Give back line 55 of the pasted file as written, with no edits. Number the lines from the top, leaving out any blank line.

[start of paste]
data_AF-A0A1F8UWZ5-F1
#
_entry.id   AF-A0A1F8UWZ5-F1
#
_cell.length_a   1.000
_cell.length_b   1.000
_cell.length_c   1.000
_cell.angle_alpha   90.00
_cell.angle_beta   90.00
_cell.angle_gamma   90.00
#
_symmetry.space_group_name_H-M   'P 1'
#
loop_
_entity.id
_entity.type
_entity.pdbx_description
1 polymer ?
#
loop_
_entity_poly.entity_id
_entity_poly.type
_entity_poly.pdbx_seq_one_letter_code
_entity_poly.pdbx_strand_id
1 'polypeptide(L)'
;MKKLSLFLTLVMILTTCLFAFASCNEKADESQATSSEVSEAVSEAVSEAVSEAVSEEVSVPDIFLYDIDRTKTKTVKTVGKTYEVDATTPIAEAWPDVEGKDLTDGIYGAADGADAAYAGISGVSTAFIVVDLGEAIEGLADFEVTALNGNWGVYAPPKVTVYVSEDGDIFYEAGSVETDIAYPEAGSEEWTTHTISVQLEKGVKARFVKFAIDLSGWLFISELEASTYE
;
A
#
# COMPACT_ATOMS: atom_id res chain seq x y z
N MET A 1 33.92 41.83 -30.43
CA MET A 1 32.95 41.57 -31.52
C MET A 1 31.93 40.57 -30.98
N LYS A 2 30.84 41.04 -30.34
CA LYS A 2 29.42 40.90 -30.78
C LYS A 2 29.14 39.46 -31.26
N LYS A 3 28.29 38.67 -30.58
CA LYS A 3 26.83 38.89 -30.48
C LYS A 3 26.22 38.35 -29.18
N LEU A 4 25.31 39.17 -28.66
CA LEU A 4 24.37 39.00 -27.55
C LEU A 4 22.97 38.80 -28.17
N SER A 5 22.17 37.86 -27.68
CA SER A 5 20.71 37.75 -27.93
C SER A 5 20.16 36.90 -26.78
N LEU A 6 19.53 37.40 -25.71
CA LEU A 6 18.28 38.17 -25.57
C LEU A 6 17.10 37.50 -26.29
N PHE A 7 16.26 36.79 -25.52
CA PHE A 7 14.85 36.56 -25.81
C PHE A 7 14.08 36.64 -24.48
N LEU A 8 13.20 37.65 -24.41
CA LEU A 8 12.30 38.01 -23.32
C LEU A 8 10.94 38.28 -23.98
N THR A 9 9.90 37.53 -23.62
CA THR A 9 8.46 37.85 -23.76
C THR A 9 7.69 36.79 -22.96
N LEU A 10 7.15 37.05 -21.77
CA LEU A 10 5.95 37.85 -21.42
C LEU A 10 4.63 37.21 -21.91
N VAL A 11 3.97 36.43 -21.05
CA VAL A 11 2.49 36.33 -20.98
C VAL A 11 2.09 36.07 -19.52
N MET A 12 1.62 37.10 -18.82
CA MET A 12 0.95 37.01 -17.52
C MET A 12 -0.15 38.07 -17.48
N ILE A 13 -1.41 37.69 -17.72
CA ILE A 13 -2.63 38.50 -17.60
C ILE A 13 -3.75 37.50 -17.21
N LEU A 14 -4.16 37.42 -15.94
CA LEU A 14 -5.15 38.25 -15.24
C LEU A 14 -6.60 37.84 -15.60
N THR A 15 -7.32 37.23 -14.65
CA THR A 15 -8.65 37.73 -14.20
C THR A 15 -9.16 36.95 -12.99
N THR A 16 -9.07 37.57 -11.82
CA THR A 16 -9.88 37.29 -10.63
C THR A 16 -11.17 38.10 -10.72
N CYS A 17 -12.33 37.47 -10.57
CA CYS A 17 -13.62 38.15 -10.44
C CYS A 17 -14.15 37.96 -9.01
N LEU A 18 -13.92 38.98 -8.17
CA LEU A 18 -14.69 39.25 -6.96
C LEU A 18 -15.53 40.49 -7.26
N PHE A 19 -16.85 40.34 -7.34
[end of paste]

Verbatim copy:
N THR A 9 9.90 37.53 -23.62